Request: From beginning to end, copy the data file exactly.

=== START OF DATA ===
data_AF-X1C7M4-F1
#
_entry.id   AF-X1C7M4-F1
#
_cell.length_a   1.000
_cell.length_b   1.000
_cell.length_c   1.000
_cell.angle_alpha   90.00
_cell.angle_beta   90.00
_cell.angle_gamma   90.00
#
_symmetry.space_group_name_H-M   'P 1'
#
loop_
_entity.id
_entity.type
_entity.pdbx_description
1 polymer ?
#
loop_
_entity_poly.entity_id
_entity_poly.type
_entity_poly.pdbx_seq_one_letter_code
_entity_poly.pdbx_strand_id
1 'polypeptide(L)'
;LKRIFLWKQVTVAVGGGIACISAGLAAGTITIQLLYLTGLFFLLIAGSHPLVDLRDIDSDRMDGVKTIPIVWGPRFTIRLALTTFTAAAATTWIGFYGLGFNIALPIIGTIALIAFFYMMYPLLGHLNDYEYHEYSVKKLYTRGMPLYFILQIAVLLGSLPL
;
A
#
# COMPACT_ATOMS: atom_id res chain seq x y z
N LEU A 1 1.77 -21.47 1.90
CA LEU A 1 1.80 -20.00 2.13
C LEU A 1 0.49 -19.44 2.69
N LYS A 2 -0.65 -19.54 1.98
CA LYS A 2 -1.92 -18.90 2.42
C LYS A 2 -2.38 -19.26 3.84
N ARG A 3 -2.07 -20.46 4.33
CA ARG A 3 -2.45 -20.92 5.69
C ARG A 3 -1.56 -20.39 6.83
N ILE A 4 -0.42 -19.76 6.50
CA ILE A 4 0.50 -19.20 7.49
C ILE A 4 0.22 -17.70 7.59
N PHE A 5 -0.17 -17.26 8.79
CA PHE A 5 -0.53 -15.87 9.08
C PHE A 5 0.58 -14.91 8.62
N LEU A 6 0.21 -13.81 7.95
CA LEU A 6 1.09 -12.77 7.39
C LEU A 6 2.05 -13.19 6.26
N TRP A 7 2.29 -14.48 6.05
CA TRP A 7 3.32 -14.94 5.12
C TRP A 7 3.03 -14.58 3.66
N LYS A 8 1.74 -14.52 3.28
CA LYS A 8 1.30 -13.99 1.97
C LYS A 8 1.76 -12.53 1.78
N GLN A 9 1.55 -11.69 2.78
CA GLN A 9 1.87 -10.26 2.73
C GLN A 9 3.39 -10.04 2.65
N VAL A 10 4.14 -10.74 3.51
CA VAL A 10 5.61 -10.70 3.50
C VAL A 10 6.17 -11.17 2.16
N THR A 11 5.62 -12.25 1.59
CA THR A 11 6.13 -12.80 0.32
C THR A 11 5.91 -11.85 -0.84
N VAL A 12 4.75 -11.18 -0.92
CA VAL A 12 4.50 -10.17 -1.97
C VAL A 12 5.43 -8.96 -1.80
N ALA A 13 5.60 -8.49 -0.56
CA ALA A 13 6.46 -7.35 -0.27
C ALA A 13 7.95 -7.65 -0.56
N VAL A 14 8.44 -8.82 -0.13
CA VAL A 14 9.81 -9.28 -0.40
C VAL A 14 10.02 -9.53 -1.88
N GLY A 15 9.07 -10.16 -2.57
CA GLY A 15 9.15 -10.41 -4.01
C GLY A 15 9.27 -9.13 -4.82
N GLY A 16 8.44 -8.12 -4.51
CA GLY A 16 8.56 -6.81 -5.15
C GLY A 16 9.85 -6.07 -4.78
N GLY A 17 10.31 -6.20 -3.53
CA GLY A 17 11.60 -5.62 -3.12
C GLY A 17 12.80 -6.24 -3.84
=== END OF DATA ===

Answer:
data_AF-X1C7M4-F1
#
_entry.id   AF-X1C7M4-F1
#
_cell.length_a   1.000
_cell.length_b   1.000
_cell.length_c   1.000
_cell.angle_alpha   90.00
_cell.angle_beta   90.00
_cell.angle_gamma   90.00
#
_symmetry.space_group_name_H-M   'P 1'
#
loop_
_entity.id
_entity.type
_entity.pdbx_description
1 polymer ?
#
loop_
_entity_poly.entity_id
_entity_poly.type
_entity_poly.pdbx_seq_one_letter_code
_entity_poly.pdbx_strand_id
1 'polypeptide(L)'
;LKRIFLWKQVTVAVGGGIACISAGLAAGTITIQLLYLTGLFFLLIAGSHPLVDLRDIDSDRMDGVKTIPIVWGPRFTIRLALTTFTAAAATTWIGFYGLGFNIALPIIGTIALIAFFYMMYPLLGHLNDYEYHEYSVKKLYTRGMPLYFILQIAVLLGSLPL
;
A
#
# COMPACT_ATOMS: atom_id res chain seq x y z
N LEU A 1 1.77 -21.47 1.90
CA LEU A 1 1.80 -20.00 2.13
C LEU A 1 0.49 -19.44 2.69
N LYS A 2 -0.65 -19.54 1.98
CA LYS A 2 -1.92 -18.90 2.42
C LYS A 2 -2.38 -19.26 3.84
N ARG A 3 -2.07 -20.46 4.33
CA ARG A 3 -2.45 -20.92 5.69
C ARG A 3 -1.56 -20.39 6.83
N ILE A 4 -0.42 -19.76 6.50
CA ILE A 4 0.50 -19.20 7.49
C ILE A 4 0.22 -17.70 7.59
N PHE A 5 -0.17 -17.26 8.79
CA PHE A 5 -0.53 -15.87 9.08
C PHE A 5 0.58 -14.91 8.62
N LEU A 6 0.21 -13.81 7.95
CA LEU A 6 1.09 -12.77 7.39
C LEU A 6 2.05 -13.19 6.26
N TRP A 7 2.29 -14.48 6.05
CA TRP A 7 3.32 -14.94 5.12
C TRP A 7 3.03 -14.58 3.66
N LYS A 8 1.74 -14.52 3.28
CA LYS A 8 1.30 -13.99 1.97
C LYS A 8 1.76 -12.53 1.78
N GLN A 9 1.55 -11.69 2.78
CA GLN A 9 1.87 -10.26 2.73
C GLN A 9 3.39 -10.04 2.65
N VAL A 10 4.14 -10.74 3.51
CA VAL A 10 5.61 -10.70 3.50
C VAL A 10 6.17 -11.17 2.16
N THR A 11 5.62 -12.25 1.59
CA THR A 11 6.13 -12.80 0.32
C THR A 11 5.91 -11.85 -0.84
N VAL A 12 4.75 -11.18 -0.92
CA VAL A 12 4.50 -10.17 -1.97
C VAL A 12 5.43 -8.96 -1.80
N ALA A 13 5.60 -8.49 -0.56
CA ALA A 13 6.46 -7.35 -0.27
C ALA A 13 7.95 -7.65 -0.56
N VAL A 14 8.44 -8.82 -0.13
CA VAL A 14 9.81 -9.28 -0.40
C VAL A 14 10.02 -9.53 -1.88
N GLY A 15 9.07 -10.16 -2.57
CA GLY A 15 9.15 -10.41 -4.01
C GLY A 15 9.27 -9.13 -4.82
N GLY A 16 8.44 -8.12 -4.51
CA GLY A 16 8.56 -6.81 -5.15
C GLY A 16 9.85 -6.07 -4.78
N GLY A 17 10.31 -6.20 -3.53
CA GLY A 17 11.60 -5.62 -3.12
C GLY A 17 12.80 -6.24 -3.84